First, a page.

Suicide Prevention in Rural Tribal Communities
August 14, 2015
The authors of this review article conclude that the high rate of suicide among American Indians—and especially youth—in rural areas results from a combination of the risk factors that characteristically contribute to high rates of rural suicide (e.g., social isolation, lack of access to services, and substance abuse) with the long-term consequences of historical trauma that are specific to American Indian communities (for example, forced relocation and attempts to exterminate Indian cultures). They maintain that effective suicide prevention in this population requires multilevel, trauma-informed interventions that support resilience and “the inherent strengths of small, close-knit, and culturally focused communities.”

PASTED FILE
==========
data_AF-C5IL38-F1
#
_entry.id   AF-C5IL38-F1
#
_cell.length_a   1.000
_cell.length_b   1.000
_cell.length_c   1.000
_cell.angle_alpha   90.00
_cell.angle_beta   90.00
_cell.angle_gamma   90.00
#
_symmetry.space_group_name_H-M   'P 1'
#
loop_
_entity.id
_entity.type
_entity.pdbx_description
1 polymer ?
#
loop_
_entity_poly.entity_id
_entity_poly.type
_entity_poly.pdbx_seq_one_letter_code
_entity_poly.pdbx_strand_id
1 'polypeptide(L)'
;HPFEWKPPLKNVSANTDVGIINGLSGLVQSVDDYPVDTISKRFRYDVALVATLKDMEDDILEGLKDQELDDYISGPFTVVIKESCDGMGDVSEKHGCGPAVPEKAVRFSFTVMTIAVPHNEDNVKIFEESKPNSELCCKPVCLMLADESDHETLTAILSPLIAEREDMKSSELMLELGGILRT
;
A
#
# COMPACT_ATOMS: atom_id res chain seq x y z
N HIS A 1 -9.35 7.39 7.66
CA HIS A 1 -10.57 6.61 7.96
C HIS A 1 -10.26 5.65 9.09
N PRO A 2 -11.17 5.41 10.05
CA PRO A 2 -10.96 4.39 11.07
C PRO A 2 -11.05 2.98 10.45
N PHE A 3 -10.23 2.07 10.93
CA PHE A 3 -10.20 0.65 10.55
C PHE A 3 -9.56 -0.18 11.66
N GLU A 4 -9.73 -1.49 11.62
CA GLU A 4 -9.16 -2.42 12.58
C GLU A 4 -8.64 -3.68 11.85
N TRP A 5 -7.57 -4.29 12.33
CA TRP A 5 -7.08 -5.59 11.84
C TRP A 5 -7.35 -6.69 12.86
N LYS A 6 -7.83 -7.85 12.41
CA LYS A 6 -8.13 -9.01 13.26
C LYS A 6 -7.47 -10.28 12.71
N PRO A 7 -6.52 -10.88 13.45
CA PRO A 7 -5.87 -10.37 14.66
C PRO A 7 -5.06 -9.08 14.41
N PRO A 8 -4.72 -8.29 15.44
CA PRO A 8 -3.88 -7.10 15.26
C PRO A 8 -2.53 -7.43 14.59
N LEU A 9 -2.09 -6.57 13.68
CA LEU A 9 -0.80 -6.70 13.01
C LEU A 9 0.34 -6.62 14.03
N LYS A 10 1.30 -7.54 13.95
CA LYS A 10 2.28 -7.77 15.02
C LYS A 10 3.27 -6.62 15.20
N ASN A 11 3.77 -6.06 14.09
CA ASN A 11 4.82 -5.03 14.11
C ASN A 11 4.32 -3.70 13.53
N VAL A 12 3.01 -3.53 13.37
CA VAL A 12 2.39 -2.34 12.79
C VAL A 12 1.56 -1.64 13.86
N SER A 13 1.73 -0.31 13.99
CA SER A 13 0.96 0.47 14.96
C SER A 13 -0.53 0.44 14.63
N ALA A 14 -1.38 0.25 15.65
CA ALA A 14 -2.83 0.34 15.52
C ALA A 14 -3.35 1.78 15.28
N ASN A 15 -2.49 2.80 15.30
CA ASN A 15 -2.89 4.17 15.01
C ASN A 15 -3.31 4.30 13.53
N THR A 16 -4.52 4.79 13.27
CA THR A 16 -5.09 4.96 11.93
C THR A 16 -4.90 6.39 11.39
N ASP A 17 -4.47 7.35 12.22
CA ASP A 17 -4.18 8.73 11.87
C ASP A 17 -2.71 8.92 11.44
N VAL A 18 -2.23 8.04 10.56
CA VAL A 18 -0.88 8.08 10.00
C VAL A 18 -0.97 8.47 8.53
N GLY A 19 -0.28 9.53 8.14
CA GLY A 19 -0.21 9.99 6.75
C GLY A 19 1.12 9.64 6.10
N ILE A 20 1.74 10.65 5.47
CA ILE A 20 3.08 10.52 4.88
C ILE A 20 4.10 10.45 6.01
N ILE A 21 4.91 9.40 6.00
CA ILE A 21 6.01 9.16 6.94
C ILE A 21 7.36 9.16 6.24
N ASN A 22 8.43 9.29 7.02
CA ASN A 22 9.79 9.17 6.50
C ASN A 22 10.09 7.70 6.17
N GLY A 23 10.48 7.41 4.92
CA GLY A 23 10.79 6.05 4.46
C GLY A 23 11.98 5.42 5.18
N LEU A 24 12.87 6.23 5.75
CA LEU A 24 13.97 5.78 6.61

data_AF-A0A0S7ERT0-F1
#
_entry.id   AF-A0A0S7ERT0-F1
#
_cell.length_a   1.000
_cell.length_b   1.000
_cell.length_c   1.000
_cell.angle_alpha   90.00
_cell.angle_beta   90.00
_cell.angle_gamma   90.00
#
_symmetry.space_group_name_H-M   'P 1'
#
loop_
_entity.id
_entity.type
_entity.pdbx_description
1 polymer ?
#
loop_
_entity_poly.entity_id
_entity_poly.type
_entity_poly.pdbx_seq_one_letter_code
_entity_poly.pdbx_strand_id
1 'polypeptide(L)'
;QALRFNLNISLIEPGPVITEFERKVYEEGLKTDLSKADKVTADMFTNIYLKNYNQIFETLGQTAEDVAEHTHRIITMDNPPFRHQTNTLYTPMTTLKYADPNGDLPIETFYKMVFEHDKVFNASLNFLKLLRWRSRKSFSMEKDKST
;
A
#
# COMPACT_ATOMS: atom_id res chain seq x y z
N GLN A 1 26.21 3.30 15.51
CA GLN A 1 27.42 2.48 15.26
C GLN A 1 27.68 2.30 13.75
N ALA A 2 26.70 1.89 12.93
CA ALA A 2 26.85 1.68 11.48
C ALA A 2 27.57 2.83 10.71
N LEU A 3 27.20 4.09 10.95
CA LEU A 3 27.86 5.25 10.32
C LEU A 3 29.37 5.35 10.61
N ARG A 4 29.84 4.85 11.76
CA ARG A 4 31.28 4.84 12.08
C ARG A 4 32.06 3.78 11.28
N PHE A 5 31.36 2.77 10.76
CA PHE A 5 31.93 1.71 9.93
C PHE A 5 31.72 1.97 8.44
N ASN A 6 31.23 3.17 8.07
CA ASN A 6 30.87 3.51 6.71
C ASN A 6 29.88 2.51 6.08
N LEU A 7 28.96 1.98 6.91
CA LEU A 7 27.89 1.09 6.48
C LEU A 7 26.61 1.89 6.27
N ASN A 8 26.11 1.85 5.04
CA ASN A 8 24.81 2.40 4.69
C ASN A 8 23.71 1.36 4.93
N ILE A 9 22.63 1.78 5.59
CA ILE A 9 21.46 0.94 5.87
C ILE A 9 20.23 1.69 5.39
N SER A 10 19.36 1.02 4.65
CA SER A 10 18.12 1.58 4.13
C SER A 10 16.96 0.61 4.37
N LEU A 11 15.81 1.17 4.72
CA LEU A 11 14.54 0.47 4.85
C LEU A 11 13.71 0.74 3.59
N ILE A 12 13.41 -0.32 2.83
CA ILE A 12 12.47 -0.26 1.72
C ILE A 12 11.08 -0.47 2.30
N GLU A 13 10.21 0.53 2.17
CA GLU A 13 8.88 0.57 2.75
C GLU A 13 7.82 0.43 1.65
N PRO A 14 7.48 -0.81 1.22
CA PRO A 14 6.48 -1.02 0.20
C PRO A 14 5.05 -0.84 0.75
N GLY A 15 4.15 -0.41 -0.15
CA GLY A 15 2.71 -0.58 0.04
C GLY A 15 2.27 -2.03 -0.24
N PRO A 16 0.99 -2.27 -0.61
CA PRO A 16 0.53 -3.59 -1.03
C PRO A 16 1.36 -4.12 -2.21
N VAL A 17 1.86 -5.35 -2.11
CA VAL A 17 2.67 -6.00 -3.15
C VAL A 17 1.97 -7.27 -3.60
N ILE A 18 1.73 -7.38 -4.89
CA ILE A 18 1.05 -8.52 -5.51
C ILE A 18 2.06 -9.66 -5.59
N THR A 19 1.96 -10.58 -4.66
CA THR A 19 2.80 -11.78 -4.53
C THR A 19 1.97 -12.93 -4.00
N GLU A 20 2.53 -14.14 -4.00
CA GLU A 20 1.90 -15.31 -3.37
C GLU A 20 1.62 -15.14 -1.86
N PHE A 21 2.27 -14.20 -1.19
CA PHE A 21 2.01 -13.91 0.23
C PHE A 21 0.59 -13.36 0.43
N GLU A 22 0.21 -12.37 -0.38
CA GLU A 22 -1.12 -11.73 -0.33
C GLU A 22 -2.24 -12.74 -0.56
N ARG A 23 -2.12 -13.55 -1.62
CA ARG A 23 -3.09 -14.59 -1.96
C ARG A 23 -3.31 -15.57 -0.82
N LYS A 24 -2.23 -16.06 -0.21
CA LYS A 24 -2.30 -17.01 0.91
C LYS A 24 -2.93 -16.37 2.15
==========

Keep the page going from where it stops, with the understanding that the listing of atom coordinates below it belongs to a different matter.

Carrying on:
The authors provide a comprehensive set of recommendations for community-based suicide prevention programming that combines evidence-based best practices, focuses on enhancing resilience and protective factors, and is implemented with cultural sensitivity. They note that this programming should involve schools, primary care and emergency care personnel, law enforcement, families, and elders. In addition, they recommend that the federal government (1) continue to support suicide prevention in tribal communities through Garrett Lee Smith Act funding, (2) increase funding to develop and implement culturally specific evidence-based practices, (3) increase the number of AI/AN behavioral health professionals by supporting training and educational opportunities, (4) support school programs that address suicide and related mental health issues, and (5) support community infrastructure development, including employment skills training.
This summary is based on: Taylor, M. A., Anderson, E.M., & Bruguier Zimmerman, M.J. (2014). Journal of Rural Mental Health 38(2), 87-97.